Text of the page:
Dr. Nóirín McHugh, Teagasc asked the question “how many lambs is too many?” at the ICBF & Sheep Ireland Genetics Conference which took place Friday 17th of January 2020 in the Heritage Hotel, Killenard, Co. Laois.
To view Norin’s presentation click here
Some of Dr McHugh’s take home messages were:
- Number of lambs born (NLB) accounts for approximately 24% of the makeup of the Replacement indexes
- Currently a linear economic value used whereby for each 0.1 increase in NLB is worth €18.69 in the Replacement Index
- The question arises is there an optimum NLB in terms of farm profitability and if so what is this level
- Data from the Teagasc bio-economic model has shown that the optimum NLB is 2.18
- A new non-linear economic value will now be introduced in the Replacement Index which will cap the economic reward given to any animal at a maximum of 2.18 lambs
- New traits that can help to predict an animal’s NLB were also investigated, these include pregnancy scan data, barren rate and ewe weight and body condition score at mating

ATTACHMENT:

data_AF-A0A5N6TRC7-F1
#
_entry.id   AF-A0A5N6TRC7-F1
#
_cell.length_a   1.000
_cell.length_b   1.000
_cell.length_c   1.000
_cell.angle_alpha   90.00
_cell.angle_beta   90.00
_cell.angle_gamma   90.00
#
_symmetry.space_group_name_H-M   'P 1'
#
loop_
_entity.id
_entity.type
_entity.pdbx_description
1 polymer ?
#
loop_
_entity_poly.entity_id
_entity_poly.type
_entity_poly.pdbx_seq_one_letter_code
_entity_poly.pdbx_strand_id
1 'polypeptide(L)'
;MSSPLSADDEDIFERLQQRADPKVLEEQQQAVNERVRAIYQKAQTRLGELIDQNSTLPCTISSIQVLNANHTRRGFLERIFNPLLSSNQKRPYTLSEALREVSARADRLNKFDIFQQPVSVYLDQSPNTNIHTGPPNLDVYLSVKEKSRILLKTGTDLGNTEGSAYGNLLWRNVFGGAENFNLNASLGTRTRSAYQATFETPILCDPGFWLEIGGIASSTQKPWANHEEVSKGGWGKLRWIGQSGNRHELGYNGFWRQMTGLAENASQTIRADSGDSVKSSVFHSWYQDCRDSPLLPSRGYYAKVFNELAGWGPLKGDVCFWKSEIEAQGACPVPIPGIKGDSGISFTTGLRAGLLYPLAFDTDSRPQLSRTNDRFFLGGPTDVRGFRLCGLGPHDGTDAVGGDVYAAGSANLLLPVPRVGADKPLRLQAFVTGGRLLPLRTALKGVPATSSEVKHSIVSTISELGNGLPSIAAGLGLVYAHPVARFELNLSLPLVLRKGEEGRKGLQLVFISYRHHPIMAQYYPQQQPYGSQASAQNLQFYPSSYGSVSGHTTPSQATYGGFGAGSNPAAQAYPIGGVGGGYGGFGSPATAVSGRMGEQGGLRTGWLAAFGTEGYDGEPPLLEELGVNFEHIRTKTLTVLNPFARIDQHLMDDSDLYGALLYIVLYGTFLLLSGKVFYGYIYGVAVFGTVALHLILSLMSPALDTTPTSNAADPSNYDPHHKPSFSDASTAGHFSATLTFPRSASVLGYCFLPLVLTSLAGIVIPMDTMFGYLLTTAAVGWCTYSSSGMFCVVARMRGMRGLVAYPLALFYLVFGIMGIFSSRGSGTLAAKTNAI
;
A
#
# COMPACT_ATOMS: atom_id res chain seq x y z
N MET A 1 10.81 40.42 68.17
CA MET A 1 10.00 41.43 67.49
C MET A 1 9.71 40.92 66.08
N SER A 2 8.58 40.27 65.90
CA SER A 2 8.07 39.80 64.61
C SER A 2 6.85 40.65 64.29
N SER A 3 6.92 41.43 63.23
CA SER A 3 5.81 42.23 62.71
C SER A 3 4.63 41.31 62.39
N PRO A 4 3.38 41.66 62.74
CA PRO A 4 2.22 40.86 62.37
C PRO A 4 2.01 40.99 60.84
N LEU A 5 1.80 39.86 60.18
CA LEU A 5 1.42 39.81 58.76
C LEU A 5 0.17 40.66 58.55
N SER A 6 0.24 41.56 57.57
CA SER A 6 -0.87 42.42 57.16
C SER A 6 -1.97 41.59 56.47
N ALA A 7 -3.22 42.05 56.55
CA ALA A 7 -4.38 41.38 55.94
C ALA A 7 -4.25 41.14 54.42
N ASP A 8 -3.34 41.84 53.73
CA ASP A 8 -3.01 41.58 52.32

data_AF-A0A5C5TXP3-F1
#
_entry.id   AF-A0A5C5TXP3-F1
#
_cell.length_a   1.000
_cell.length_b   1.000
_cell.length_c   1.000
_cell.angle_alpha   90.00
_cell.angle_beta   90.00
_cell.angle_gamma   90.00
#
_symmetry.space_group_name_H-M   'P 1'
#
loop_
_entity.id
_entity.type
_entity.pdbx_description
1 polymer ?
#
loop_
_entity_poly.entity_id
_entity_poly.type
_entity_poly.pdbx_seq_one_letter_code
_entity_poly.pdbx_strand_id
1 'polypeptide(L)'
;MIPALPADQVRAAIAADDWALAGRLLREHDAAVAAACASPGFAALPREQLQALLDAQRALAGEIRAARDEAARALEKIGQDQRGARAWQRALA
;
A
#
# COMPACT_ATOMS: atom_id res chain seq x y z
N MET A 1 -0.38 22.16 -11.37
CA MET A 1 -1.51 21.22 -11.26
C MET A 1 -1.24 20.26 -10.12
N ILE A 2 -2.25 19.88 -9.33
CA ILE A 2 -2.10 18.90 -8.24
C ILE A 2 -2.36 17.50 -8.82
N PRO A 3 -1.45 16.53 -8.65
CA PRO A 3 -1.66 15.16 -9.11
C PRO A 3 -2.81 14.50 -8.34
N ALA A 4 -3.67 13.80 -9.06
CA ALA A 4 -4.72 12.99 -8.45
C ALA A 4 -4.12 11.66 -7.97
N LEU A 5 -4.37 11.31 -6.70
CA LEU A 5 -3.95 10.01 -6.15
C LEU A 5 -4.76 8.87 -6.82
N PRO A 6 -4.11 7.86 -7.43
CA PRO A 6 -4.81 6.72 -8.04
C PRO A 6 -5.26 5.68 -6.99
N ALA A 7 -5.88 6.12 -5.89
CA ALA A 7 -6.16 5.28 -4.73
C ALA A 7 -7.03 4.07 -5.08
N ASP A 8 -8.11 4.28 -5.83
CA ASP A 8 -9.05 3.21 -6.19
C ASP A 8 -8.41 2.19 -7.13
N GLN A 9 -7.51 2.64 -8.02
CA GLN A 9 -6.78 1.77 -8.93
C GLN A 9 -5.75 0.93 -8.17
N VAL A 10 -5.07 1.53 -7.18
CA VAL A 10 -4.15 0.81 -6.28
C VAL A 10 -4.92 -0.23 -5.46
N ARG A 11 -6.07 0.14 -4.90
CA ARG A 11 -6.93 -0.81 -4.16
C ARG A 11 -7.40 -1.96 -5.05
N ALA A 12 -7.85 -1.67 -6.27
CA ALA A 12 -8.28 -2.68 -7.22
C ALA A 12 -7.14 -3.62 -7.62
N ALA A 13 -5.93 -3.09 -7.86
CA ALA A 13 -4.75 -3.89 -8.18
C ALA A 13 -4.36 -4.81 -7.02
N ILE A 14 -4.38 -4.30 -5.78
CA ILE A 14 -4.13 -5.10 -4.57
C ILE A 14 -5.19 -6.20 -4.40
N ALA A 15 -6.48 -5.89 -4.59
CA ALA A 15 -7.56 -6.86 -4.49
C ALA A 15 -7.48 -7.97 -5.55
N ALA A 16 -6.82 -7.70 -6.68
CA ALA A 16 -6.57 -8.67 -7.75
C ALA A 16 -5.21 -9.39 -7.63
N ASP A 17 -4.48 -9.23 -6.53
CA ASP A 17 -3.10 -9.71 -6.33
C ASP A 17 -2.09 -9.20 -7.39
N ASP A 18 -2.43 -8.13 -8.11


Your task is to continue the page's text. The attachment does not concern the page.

Number of lambs born (NLB) is one of the key drivers of profitability in sheep systems and accounts for approximately % of the makeup of the Replacement indexes. Currently there is a very strong relationship between a rams breeding value for NLB and the overall replacement index. In the current index, there is a linear economic value used whereby each 0.1 increase in NLB is worth €18.69. This means that animals with very high litter sizes have the potential of being over-valued in the genetic evaluations. The question arises is there an optimum NLB in terms of farm profitability and if so what is this level. Using data generated from the Teagasc bio-economic model developed by Alan Bohan which takes in accounts factors such as mortality, the number of lambs reared per ewe (cross fostered), the number of lambs sold as pets, the labour requirement and ultimately number of lambs weaned, the results showed that the optimum upper limit for number of lambs born is 2.18 lambs. This means that in the future a non-linear economic value will now be used which will result in the economic reward given to animals with a predicted NLB greater than 2.18 lambs will be capped at that level. In addition recent genetic research has shown that the heritability of NLB is 11% which is greater than recent Irish estimates which will result in a greater accuracy associated with the breeding value for NLB. New traits that can help to predict an animal’s NLB were also investigated including pregnancy scan data, barren rate and ewe weight and body condition score at mating. All of these traits will help to predict more accurately the genetics of ewe reproduction.